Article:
1 1/2 stars = Bad
Cheap imitators permeate the entertainment spectrum. In gaming, they show up as titles like "Inversion" (Xbox 360, PlayStation 3, PC; Namco Bandai Games; M, for Mature).
"Inversion" desperately wants to be "Gears of War" with a twist -- there is often no gravity. The world that Davis and his cop buddy Leo inhabit has flipped (literally) so that common objects like streetlights, cars and rubble become weapons of grisly destruction. Combine those with weaponry from rifles to rocket launchers, and it's hard for the invading race of Lutadores to put up much of a fight.
This speaks volumes about the game itself. It takes little time for two flatfoots with misogynistic attitudes to steal the invading aliens' tech and overwhelm them. It's easy to say they maybe should have drawn up something we earthlings like to call "a plan" and perhaps exhibited a meaner attitude.
If a "Gears of War" movie were to star George Clooney, "Inversion" would star C. Thomas Howell. Who? Exactly.
3 stars = Good
The gaming industry loves dragons and knights doing battle. I mean loves it, like a dog (or a man) loves bacon.
It is hard to take a new franchise and break into a genre that is vastly overpopulated with great titles from established franchises ("Elder Scrolls," "Dragon Age," etc.). Like an eager upstart, "Dragon's Dogma" (Xbox 360, PlayStation 3; Capcom; M, for Mature) does wonderful things while also failing at times, just like a greenhorn is bound to do. Thankfully, the positives far outweigh the negatives.
Things start rather ominously. After all, it's hard to find the joy in a dragon ripping out your heart. Plot details aside, you traverse the lands with an ever-changing band of fellows (some smart, most of the time sack-of-rocks dumb) who help you complete fetch quests and ward off enemies.
Everything revolves around earning and spending coins, which sounds just normal until you discover how wickedly expensive even basic items cost, and soon you're penny-pinching like a fiend.
All of this whets the appetite for the main show, the big set-piece battles. Enormous gryphons, hydras and, of course, dragons are mesmerizing to behold. They cannot be felled easily, so prepare for some annoying backtracking and defeats just as victory appears at hand. Other frustrations show their ugly heads, like the lack of a decent fast-travel system, or that character decisions that certainly feel weighty at the time have little impact later.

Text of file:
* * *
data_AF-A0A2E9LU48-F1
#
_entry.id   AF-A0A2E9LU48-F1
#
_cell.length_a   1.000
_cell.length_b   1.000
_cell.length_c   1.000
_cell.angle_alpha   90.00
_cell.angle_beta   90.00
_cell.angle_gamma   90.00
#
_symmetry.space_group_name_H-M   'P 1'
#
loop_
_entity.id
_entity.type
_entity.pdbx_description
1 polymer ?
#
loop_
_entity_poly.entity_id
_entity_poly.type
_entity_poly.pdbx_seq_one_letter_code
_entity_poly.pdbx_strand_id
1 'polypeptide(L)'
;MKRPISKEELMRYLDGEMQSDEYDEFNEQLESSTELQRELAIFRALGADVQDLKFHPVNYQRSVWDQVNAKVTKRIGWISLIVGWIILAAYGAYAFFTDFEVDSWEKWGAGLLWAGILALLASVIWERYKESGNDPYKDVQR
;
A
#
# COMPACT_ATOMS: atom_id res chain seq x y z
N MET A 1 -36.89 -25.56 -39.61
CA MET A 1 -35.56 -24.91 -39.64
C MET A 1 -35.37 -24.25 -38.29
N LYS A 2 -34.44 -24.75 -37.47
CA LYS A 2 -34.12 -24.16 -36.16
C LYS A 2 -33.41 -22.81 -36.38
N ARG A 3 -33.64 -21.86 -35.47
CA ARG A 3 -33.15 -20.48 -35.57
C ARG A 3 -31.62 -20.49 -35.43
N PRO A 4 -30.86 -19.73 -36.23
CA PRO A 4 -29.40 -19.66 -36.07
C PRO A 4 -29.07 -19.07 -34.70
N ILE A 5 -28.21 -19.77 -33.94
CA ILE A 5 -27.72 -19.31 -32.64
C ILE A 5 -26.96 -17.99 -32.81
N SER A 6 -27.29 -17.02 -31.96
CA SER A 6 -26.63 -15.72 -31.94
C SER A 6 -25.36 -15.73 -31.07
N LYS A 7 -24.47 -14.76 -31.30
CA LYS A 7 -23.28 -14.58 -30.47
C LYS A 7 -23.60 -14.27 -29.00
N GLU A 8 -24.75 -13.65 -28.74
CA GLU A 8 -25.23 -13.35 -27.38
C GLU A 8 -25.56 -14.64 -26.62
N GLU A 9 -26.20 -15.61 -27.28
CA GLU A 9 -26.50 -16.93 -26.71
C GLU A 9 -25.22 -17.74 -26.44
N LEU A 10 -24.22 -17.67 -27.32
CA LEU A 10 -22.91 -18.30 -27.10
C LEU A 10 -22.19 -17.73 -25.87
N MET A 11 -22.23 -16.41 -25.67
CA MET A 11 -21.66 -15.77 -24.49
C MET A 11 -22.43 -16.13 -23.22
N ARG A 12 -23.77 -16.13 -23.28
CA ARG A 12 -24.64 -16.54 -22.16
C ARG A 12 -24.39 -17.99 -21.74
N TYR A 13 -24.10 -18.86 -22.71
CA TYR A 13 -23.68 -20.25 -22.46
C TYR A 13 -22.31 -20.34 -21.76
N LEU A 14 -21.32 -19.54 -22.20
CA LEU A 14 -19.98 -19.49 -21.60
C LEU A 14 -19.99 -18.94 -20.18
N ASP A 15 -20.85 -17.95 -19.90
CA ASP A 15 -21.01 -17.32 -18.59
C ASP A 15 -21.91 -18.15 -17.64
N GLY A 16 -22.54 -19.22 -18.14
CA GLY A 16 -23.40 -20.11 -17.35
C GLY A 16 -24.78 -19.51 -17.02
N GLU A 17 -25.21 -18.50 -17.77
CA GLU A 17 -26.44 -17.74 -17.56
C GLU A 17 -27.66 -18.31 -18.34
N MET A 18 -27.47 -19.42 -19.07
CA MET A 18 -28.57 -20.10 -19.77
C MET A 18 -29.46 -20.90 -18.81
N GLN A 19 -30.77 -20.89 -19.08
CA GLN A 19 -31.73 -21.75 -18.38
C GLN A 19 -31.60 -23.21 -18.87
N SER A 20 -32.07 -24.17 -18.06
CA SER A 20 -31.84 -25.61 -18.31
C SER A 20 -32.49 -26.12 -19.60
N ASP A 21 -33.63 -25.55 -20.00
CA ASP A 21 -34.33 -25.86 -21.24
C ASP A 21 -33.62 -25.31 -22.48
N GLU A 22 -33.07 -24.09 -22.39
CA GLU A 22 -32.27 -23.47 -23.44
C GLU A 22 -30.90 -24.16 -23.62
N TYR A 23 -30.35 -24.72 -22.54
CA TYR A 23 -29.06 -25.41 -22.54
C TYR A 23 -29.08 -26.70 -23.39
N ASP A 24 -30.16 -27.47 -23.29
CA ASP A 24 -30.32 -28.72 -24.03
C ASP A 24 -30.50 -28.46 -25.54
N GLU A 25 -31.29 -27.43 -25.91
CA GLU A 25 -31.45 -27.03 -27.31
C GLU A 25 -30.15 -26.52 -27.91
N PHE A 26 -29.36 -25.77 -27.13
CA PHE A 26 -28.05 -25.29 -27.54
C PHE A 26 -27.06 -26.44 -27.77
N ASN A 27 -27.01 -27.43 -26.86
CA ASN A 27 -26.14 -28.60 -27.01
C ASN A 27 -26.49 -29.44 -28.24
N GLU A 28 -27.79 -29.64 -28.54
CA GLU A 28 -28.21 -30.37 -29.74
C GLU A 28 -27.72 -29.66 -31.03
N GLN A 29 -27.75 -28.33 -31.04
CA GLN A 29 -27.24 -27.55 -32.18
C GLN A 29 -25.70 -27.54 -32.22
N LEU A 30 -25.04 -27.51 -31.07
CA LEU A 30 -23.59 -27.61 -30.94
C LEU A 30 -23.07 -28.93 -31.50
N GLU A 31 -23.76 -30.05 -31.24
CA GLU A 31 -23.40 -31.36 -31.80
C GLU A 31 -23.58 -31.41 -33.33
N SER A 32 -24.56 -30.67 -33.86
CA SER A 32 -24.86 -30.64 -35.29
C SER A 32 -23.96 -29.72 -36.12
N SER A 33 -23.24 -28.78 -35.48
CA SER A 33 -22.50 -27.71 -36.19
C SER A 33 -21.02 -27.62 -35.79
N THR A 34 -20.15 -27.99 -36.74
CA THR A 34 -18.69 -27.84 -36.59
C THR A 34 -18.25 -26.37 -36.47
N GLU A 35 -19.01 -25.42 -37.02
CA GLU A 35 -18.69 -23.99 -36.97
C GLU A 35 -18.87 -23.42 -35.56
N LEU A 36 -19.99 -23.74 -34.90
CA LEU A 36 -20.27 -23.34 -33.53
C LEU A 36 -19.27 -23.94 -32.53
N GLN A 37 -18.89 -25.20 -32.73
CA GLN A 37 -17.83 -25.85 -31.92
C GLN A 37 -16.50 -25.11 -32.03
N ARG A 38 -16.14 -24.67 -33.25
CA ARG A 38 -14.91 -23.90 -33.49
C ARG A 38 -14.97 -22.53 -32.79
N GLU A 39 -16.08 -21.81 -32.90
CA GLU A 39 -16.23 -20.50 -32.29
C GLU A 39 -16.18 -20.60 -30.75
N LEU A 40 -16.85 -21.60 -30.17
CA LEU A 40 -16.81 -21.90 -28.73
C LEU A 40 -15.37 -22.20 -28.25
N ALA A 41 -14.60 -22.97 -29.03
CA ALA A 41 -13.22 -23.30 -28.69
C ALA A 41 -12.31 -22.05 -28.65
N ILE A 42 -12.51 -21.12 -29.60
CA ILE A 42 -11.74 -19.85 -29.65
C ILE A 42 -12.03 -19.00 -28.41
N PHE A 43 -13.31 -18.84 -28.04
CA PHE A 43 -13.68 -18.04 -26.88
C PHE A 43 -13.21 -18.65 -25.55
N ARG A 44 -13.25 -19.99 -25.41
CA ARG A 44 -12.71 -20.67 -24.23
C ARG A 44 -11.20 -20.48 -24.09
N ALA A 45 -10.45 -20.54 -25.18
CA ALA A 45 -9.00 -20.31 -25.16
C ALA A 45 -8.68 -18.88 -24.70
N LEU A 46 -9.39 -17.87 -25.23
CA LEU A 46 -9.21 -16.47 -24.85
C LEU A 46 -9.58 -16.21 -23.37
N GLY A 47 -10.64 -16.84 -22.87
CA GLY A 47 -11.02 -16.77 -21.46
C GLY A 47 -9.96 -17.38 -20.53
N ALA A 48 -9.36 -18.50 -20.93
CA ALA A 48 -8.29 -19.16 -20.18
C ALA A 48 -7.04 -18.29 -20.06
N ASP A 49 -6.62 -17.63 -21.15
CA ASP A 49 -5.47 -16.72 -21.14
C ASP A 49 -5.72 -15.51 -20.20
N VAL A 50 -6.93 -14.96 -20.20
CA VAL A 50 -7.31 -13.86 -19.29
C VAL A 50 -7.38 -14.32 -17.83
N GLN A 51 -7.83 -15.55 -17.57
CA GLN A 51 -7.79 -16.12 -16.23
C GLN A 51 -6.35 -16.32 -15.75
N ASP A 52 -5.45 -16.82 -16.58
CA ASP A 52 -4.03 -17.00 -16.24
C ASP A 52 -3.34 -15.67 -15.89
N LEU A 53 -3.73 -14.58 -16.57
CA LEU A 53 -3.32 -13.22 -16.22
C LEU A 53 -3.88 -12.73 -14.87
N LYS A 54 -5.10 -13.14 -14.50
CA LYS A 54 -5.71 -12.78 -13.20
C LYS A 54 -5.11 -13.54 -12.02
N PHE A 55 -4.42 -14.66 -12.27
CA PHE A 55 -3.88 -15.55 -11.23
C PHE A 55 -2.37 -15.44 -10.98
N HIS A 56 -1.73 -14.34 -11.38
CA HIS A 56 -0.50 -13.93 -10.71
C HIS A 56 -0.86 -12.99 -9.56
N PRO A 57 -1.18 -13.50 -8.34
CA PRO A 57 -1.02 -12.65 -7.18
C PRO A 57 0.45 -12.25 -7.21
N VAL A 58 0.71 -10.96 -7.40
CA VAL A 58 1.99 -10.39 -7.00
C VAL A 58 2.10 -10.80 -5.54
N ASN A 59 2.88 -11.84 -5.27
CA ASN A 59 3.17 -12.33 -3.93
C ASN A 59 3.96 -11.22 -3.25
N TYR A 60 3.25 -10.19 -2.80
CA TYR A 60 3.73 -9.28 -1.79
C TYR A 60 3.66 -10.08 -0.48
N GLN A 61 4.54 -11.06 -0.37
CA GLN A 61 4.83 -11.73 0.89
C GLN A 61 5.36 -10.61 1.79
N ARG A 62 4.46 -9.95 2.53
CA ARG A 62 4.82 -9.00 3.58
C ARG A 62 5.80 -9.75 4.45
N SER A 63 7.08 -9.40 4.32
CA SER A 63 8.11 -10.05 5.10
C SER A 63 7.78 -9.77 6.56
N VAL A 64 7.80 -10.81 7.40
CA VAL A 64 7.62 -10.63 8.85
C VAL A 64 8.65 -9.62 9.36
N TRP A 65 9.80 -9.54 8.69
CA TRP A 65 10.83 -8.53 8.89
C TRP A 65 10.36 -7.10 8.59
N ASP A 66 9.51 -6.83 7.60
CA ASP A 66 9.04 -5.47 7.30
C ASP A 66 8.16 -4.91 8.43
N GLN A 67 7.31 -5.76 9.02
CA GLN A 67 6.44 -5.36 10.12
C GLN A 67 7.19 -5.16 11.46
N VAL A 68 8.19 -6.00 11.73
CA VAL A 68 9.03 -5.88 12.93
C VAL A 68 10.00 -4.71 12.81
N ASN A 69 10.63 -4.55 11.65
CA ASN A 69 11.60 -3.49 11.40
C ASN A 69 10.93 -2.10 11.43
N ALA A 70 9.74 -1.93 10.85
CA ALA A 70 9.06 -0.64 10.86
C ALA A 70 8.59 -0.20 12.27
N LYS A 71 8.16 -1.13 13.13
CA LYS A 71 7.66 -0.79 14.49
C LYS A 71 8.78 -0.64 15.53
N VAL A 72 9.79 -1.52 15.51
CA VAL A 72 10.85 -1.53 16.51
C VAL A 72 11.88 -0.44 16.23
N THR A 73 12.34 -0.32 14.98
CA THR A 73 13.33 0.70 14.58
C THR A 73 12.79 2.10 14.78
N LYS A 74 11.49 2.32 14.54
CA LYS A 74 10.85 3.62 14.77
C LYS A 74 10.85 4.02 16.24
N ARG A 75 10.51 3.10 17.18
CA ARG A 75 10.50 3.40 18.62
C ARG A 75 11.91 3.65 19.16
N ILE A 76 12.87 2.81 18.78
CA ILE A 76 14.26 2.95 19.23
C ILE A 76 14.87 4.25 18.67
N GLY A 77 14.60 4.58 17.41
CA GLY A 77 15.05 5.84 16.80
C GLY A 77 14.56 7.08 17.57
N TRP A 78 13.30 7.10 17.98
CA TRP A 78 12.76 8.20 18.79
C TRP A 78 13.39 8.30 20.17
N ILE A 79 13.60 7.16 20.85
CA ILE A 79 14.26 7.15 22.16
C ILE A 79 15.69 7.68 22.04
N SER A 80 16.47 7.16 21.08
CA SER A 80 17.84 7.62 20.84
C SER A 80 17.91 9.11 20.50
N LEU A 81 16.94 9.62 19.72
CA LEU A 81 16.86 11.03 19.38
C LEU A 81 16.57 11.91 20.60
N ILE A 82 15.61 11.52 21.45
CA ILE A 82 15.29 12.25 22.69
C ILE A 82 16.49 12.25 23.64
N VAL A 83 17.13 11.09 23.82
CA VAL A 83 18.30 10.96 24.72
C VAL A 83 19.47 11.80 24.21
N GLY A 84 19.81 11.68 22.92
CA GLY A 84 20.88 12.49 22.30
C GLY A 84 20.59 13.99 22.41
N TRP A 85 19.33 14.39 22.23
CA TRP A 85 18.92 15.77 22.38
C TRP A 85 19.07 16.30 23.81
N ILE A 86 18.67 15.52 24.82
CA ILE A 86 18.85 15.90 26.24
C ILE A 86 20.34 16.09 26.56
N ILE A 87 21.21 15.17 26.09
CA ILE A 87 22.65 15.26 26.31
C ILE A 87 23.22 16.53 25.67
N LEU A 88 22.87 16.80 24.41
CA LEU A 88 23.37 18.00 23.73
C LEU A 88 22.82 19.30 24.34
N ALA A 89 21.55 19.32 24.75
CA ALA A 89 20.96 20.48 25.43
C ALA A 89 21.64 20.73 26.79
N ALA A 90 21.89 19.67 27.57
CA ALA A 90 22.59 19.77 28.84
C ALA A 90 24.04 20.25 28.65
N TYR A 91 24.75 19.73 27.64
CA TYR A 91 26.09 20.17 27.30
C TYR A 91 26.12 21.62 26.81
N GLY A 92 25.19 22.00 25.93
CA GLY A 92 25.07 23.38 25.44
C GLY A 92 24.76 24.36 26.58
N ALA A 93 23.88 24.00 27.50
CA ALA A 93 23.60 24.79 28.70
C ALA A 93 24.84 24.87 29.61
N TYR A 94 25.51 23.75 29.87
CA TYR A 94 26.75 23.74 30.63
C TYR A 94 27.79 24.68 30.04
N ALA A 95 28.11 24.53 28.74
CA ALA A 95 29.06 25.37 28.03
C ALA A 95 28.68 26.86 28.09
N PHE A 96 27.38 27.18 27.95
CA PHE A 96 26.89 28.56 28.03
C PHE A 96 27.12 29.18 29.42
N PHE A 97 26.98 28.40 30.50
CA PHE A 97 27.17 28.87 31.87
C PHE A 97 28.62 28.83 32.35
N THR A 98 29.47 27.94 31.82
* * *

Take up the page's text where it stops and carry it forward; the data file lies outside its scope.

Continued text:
If you can survive the bumps and bruises, "Dragon's Dogma" results in one of the more pleasantly surprising games to come along in some time. My expectations were admittedly low, but the game cleared the bar with plenty of room to spare. Gamers should not shy away from grabbing this game.
1 star = Awful
I'll start with a completely unfounded and wild accusation: Sony is colluding with the orthopedic industry to create a wealth of new clients for wrist/elbow/shoulder surgery.
Go ahead: Brand me an Oliver Stone-esque conspiracy theorist. I can take it. I'm tough.
At first glance, "Sorcery" (PlayStation 3; Sony; E, for Everyone) is what the "Harry Potter" games should have been. You fire up the Move controllers, flick your wrist or arms at your TV, and lo and behold: You are casting spells all over the place. You solve puzzles, and confound beasts and demons with your wizardry and cunning -- it's all rather refreshing.
Then the pain creeps in, and it lingers. The longer you play, the more the game seems determined to cause you anguish. Boss battles drag on much longer than they should, and the poor targeting system means you're constantly hurling spells into the ether, hoping one hits.
I realize with each passing day that I am getting older, but good grief! No gamer should have to experience this rough combo of frustrating gameplay and physical pain.
Rather than actively standing in front of your TV whipping spells at enemies and relishing the adventures of this boy wizard at your command, you'll most likely end up sitting on a couch alternating heat and cold on the throbbing ache in your wrist.
-- Chris Campbell, Scripps Howard News Service